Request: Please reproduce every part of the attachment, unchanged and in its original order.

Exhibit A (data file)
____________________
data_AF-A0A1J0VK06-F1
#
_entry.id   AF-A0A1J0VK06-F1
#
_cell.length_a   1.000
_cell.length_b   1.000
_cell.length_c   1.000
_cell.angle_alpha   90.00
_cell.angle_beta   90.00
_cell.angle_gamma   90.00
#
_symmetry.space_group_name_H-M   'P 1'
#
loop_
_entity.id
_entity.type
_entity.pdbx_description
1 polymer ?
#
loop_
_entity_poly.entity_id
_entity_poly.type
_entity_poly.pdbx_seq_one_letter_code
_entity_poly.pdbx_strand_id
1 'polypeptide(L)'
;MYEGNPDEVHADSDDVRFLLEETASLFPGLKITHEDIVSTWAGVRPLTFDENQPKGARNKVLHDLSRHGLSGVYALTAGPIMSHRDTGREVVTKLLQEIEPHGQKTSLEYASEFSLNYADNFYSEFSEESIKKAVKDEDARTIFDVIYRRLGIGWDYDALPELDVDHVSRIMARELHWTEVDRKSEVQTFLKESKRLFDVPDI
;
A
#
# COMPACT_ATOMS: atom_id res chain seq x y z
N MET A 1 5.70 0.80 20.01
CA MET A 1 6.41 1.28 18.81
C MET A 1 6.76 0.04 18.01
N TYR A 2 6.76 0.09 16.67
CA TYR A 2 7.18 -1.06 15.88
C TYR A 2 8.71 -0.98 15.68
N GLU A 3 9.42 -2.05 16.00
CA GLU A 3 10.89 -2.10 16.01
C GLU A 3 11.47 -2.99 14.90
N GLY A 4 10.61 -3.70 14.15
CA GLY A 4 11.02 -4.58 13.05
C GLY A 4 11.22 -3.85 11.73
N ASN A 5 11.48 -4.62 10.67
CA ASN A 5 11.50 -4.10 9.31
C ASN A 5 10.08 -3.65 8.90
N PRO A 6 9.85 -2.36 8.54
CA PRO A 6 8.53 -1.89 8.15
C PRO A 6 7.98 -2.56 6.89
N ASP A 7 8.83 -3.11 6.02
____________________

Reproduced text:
data_AF-A0A1J0VK06-F1
#
_entry.id   AF-A0A1J0VK06-F1
#
_cell.length_a   1.000
_cell.length_b   1.000
_cell.length_c   1.000
_cell.angle_alpha   90.00
_cell.angle_beta   90.00
_cell.angle_gamma   90.00
#
_symmetry.space_group_name_H-M   'P 1'
#
loop_
_entity.id
_entity.type
_entity.pdbx_description
1 polymer ?
#
loop_
_entity_poly.entity_id
_entity_poly.type
_entity_poly.pdbx_seq_one_letter_code
_entity_poly.pdbx_strand_id
1 'polypeptide(L)'
;MYEGNPDEVHADSDDVRFLLEETASLFPGLKITHEDIVSTWAGVRPLTFDENQPKGARNKVLHDLSRHGLSGVYALTAGPIMSHRDTGREVVTKLLQEIEPHGQKTSLEYASEFSLNYADNFYSEFSEESIKKAVKDEDARTIFDVIYRRLGIGWDYDALPELDVDHVSRIMARELHWTEVDRKSEVQTFLKESKRLFDVPDI
;
A
#
# COMPACT_ATOMS: atom_id res chain seq x y z
N MET A 1 5.70 0.80 20.01
CA MET A 1 6.41 1.28 18.81
C MET A 1 6.76 0.04 18.01
N TYR A 2 6.76 0.09 16.67
CA TYR A 2 7.18 -1.06 15.88
C TYR A 2 8.71 -0.98 15.68
N GLU A 3 9.42 -2.05 16.00
CA GLU A 3 10.89 -2.10 16.01
C GLU A 3 11.47 -2.99 14.90
N GLY A 4 10.61 -3.70 14.15
CA GLY A 4 11.02 -4.58 13.05
C GLY A 4 11.22 -3.85 11.73
N ASN A 5 11.48 -4.62 10.67
CA ASN A 5 11.50 -4.10 9.31
C ASN A 5 10.08 -3.65 8.90
N PRO A 6 9.85 -2.36 8.54
CA PRO A 6 8.53 -1.89 8.15
C PRO A 6 7.98 -2.56 6.89
N ASP A 7 8.83 -3.11 6.02